Re: Financial interests of patient organisations contributing to technology assessment at England’s National Institute for Health and Care Excellence: policy review
I sat on a NICE technology appraisal committee for 10 years and Infound that patient representatives provided a vital contribution to the process. I always assumed they would give a biased opinion, since they were a selected group, irrespective as to whether they had received funding from a manufacturer. However they provided sometimes visceral insight as to what it was like to live with a disease. On one occasion , a patient described how an oral version of his treatment had markedly changed his lifestyle, compared to the previous regime of going into hospital for an infusion. On another, a patien stated he 'didn't believe the statistics that median survival was only 1.5 years since he himself had survived 2.5 years'. He then revealed that the side effects of treatment were so severe he had had to take a drug 'holiday' to be able to attend the committee meeting. These insights provided some colour to the bland statistics relating to ICERS and QALYs and in marginal cases certainly aided my decision processes. I would like to believe that, since they were clearly biased, whether or not they had financial interests did not affect my judgement.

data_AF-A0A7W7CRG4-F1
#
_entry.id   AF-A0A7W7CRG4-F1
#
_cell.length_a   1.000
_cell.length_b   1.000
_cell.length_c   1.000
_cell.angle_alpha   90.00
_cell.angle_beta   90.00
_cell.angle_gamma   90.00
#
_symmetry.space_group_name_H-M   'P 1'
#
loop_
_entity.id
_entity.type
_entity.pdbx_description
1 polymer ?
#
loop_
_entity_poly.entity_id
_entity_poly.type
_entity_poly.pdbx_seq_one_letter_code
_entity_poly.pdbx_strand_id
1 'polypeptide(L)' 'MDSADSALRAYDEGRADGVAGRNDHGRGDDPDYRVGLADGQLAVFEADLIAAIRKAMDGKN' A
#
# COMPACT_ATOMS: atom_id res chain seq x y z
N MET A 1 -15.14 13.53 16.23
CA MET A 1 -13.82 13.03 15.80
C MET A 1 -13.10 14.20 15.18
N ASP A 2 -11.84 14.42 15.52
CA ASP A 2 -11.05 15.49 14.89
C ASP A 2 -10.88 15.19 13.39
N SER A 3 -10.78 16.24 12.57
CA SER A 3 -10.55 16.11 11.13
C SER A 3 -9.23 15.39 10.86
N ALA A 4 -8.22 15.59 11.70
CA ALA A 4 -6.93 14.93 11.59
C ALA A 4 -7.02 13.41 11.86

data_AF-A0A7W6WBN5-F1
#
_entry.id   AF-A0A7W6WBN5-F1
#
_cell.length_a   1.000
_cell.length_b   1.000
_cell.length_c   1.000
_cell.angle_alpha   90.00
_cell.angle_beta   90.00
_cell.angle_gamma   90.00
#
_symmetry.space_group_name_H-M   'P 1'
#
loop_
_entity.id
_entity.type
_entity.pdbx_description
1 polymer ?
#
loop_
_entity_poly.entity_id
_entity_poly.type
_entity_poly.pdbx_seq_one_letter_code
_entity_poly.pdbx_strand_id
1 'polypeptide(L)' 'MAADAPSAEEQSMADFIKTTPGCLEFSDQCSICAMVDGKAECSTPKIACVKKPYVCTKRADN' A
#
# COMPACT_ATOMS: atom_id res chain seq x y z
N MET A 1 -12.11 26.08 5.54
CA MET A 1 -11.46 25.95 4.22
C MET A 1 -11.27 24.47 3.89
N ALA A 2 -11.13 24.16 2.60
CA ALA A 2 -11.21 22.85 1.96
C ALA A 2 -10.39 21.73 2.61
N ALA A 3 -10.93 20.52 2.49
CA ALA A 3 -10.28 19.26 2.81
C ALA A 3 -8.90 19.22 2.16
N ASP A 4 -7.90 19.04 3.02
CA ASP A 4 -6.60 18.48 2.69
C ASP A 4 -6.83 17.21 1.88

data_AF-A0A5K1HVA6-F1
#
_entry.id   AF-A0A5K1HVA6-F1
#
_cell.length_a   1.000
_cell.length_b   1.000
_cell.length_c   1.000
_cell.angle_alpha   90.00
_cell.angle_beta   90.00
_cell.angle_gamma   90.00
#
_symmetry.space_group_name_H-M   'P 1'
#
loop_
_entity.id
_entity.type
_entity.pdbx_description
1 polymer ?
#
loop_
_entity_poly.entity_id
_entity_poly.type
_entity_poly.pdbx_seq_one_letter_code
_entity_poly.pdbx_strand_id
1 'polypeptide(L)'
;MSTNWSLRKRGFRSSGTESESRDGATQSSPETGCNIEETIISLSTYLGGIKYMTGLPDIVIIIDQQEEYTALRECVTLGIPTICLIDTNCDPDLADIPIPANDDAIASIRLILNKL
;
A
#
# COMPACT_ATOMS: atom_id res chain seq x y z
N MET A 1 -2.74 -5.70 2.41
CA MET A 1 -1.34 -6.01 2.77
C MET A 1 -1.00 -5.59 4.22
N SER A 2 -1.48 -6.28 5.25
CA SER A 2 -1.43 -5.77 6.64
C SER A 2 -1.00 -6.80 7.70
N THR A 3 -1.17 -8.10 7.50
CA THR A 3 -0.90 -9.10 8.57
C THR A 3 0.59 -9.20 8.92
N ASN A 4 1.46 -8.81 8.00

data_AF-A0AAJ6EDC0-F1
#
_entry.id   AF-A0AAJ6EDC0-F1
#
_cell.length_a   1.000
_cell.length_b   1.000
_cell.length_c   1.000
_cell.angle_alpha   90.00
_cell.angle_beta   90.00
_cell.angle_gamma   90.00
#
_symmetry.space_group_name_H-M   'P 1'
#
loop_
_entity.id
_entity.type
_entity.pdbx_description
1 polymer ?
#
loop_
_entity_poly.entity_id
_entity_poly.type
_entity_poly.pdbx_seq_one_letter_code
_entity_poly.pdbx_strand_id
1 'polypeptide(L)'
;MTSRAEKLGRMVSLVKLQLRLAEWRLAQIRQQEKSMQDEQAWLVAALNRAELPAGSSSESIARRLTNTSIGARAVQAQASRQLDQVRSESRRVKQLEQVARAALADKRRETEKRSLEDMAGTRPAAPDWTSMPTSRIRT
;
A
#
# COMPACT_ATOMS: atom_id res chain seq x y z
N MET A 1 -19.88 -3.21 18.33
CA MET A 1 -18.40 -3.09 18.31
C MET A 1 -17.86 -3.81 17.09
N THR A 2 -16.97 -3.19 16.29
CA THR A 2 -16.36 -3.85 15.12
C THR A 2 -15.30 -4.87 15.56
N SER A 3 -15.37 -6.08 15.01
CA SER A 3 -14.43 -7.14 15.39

The clinical experts, on the other hand, often had financial conflicts of interest which were declared, but it could be difficult to know their level of bias. They could be quite candid in the committee, but their reported views outside (where their paymasters could hear) were sometimes quite different!
Competing interests: No competing interests